By Keith Lang
House Transportation and Infrastructure Committee Chairman John Mica (R-Fla.) said Monday that the Transportation Security Administration should "come clean" about its recent decision to fire employees at an airport in his home state.
Fort Myers, Fla., media outlets reported late last week that TSA had fired five employees at the Southwest Florida International Airport.
Mica said the firings could be a signal of a "security meltdown" at the airport.
"Recent meltdowns such as those in New York, Newark, Palm Beach, Honolulu, Charlotte, and Los Angeles have become familiar. This latest incident may be a more serious breach than the agency has indicated, and could involve high level TSA administrative personnel at the airport," Mica said Monday in a statement released by his office.
TSA did not provide a reason for the termination of the employees when asked for a response to Mica's allegations by The Hill, but the agency said it "holds all of its employees to the highest professional and ethical standards and has a zero tolerance for misconduct in the workplace."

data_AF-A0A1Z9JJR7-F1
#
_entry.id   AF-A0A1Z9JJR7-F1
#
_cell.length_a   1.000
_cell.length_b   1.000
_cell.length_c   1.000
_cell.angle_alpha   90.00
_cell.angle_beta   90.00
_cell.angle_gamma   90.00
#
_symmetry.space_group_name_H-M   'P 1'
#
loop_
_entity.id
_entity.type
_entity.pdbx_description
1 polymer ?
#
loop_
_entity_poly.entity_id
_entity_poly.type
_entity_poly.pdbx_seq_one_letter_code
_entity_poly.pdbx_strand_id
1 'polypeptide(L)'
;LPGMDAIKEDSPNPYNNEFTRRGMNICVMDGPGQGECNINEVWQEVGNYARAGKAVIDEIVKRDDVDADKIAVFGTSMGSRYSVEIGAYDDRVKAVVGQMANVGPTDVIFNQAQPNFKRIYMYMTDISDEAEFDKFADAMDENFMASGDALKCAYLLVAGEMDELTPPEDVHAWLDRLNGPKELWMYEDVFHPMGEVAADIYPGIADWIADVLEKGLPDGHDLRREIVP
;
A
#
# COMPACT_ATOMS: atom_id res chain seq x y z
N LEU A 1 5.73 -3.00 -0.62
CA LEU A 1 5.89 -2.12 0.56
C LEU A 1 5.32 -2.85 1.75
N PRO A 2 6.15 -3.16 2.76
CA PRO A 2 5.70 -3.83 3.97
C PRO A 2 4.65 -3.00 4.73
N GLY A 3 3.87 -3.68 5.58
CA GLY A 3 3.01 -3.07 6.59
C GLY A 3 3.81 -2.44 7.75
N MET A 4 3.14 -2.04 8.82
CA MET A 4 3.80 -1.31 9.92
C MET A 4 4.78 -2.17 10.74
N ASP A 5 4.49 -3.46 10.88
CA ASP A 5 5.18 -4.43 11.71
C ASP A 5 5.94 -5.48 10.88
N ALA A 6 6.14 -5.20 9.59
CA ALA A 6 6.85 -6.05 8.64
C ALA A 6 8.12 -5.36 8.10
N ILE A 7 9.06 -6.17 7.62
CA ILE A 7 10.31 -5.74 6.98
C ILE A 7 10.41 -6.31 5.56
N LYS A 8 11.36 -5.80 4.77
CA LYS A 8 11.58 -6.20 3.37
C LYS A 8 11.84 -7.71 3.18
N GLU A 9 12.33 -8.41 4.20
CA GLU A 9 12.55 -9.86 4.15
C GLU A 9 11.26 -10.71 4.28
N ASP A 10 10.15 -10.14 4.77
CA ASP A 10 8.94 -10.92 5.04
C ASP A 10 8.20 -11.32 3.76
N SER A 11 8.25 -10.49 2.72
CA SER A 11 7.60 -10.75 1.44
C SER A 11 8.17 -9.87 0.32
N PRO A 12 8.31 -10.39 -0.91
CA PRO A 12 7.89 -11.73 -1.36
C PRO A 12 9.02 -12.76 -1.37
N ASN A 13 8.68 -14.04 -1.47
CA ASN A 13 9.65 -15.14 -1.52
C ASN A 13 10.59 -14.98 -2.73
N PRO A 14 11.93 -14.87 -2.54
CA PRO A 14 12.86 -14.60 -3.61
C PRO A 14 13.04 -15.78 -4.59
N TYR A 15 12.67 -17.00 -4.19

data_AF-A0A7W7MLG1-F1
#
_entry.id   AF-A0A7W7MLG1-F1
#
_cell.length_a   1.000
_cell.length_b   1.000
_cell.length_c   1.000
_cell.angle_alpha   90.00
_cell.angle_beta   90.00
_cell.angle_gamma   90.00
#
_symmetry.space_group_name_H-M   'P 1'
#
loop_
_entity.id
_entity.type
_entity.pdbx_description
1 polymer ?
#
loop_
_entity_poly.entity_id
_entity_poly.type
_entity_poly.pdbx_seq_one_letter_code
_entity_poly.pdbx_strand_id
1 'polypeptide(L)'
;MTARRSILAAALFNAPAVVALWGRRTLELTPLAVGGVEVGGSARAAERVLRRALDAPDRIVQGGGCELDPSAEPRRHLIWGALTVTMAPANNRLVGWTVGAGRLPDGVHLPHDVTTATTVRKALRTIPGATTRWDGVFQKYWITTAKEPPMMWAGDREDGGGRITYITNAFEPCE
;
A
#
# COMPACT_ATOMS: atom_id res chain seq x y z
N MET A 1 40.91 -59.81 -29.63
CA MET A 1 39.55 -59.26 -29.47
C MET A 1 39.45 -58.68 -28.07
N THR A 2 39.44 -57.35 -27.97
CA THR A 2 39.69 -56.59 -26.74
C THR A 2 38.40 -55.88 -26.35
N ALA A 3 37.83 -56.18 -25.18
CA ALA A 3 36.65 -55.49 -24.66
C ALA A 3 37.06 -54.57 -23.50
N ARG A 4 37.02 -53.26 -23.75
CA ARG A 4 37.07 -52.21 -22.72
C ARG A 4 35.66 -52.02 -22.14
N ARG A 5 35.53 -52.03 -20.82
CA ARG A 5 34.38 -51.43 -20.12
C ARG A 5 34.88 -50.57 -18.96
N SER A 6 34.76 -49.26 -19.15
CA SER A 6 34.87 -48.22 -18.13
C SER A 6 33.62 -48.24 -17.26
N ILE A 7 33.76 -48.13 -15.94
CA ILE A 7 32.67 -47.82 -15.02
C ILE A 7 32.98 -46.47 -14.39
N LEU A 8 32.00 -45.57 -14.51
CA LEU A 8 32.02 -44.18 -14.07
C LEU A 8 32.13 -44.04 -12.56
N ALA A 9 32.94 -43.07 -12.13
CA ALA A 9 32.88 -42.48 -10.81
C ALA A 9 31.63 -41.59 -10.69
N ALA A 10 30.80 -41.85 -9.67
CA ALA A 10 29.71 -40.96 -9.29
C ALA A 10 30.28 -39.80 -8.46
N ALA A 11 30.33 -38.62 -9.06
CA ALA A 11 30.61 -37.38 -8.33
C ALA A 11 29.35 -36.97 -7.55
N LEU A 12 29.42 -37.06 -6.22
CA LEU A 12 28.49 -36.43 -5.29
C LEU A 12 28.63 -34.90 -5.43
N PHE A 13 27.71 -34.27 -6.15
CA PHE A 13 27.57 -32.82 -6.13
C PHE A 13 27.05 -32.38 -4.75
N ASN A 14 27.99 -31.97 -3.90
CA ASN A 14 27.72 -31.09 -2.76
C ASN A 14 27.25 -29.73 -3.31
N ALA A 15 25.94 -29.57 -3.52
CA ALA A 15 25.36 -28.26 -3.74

"Accountability is an important aspect of our work and TSA takes appropriate action with any employee who does not follow our procedures," the agency said. "The decision to take disciplinary action, including the proposed removal of several individuals from the TSA reaffirms our strong commitment to ensure the safety of the traveling public and to hold all our employees to the highest standards of conduct and accountability."
Mica said TSA should provide more information about the firings.
"It appears TSA may be trying to keep the public and the media in the dark, but they have a responsibility to Congress to report serious security meltdowns, which unfortunately have become routine," he said.
Mica, a frequent critic of the TSA, helped write the legislation that created the controversial agency in the wake of the Sept. 11, 2001, terrorist attacks.